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Student documentary to tell stories of the Quapaw Tribe - KOAM TV 7

Student documentary to tell stories of the Quapaw Tribe

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Some students from Arkansas film a new documentary about the Quapaw Tribe in northeast Oklahoma.  The students say they are honored to have this project and Quapaw members say they are eager to tell of their heritage.

Through this documentary there are hopes of raising awareness, acceptance, and togetherness.

"Back in the late 50's we had black and white TV, and because of that we saw Tonto and the Lone Ranger, Native Americans were the bad guys," says Sonny Glass, a member of the Quapaw Tribe.

Growing up, Glass did not realize he was a Native American.

"I did not know this until the late 60's," Glass says.  "My dad was in the Air Force so we traveled and while living in England I had to go to an English school, and there was a young man who called me an Indian.  I disagreed with him and we wrestled in the floor.  And I ran home, five miles, and both of my parents said 'you are Indian'".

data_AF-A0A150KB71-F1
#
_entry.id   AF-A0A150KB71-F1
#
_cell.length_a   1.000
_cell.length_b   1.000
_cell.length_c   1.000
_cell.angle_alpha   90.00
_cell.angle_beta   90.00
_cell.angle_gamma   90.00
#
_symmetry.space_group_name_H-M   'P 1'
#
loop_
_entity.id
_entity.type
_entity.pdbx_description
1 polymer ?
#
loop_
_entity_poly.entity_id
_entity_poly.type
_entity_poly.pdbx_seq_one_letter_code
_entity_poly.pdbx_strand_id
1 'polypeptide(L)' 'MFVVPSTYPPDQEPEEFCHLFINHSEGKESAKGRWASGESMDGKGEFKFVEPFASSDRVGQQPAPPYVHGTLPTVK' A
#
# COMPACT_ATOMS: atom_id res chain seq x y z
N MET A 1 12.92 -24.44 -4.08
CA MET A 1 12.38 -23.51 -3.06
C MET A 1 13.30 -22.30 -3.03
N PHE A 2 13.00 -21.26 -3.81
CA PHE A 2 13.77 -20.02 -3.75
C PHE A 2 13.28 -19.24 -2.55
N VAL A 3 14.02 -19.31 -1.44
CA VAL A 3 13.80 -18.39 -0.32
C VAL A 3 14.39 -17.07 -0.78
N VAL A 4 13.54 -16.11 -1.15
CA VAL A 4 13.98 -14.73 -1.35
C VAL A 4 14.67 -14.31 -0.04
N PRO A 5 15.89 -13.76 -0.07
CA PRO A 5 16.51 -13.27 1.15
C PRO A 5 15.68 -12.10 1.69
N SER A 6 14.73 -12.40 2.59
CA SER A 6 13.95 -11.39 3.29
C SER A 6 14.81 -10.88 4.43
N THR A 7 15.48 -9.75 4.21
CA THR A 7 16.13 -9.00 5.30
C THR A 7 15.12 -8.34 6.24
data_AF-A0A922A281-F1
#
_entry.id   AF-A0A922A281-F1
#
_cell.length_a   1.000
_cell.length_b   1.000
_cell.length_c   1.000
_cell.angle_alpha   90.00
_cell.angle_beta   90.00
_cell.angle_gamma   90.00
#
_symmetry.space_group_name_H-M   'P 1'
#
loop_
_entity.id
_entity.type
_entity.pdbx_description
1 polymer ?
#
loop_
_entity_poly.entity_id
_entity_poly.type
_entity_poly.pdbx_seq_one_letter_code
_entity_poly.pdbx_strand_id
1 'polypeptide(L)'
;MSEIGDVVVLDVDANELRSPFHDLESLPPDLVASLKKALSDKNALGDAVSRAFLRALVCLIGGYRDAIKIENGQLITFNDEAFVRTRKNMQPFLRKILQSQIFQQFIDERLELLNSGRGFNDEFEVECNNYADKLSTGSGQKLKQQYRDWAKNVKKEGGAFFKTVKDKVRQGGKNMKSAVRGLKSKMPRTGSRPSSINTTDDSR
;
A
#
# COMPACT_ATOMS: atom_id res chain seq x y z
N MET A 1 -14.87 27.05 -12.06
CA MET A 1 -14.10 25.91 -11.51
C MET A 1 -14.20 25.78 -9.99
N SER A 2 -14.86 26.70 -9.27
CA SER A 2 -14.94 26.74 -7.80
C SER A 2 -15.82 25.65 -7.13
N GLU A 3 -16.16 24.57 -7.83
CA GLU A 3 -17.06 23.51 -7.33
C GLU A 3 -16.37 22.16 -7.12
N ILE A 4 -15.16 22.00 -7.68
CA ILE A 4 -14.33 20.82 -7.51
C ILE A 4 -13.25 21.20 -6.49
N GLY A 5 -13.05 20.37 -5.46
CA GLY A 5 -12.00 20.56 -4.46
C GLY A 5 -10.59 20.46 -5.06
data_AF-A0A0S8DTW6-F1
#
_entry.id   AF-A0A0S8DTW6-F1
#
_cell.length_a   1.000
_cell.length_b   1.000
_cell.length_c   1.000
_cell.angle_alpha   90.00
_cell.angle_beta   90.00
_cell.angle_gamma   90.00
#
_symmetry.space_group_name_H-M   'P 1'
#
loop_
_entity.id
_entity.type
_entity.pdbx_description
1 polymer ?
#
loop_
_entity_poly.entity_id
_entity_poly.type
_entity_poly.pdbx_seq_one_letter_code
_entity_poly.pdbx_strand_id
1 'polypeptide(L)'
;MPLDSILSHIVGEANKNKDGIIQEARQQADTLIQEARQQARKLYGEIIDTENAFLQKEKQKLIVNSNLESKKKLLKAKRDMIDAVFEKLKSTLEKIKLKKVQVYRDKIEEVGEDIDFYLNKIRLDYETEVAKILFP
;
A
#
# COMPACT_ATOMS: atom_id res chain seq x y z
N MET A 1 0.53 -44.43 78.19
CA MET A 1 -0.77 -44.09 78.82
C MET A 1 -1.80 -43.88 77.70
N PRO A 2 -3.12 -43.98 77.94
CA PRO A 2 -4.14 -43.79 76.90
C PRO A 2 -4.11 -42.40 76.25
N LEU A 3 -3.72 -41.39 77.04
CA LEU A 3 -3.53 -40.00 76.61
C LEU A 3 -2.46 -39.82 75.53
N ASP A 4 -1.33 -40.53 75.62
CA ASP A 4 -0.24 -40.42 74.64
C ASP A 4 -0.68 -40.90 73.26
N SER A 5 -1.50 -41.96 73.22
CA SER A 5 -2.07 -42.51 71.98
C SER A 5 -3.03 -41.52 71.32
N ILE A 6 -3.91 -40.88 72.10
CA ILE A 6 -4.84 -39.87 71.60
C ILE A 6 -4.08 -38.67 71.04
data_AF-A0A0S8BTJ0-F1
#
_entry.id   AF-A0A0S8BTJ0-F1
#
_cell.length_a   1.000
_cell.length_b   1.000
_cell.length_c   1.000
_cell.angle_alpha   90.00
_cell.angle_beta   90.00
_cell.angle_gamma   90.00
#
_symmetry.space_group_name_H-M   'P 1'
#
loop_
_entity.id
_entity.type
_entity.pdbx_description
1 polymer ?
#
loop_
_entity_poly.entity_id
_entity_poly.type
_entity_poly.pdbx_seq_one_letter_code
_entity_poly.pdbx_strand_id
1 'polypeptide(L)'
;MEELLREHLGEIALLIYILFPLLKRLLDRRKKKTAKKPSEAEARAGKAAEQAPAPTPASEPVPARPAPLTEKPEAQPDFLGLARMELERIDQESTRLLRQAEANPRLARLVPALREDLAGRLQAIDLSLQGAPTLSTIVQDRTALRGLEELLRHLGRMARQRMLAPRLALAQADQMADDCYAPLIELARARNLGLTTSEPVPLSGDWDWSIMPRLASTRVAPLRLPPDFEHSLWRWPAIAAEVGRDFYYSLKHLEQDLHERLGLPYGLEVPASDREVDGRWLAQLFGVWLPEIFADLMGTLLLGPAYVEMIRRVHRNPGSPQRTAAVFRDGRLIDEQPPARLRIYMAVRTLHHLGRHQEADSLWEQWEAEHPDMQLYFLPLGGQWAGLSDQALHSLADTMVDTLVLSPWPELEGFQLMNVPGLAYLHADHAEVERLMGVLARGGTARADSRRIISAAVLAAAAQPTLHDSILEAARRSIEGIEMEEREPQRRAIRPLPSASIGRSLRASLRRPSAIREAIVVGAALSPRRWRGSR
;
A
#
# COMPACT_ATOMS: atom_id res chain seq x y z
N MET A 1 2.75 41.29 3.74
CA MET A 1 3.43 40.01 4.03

Glass and his daughter, Kristal Glass, now dance with pride and detail.

A design shows two arrows coming together and falling apart, symbolizing there is suppose to be peace and understanding not only between tribes, but all people.

Glass and his daughter dance to teach history and honor.

A group of 12 college students from Northwest Arkansas Community College in Nentonville aim to document those stories and feelings.

The Quapaw Tribe is now in Northeast Oklahoma but was first located in Northwest Arkansas.

"The thing that is the most interesting, is the saddest thing I think, is there's so much of the Quapaw Tribe that is lost," says D'etta Mason, a student at the college.

Also, Quapwaw isn't as widely known as other tribes, like Cherokee.

"They need awareness, tey need the public to know that they are there," says Mason.  "They need their history told, their culture told."

There's past strength and future perseverance.

"They say we're one of the 'lost tribes', well, I don't know if we're lost, we're all here," says Glass.

A copy of the documentary will be given to the Quapaw Tribe, letting the Tribe use it for history lessons and other presentations.

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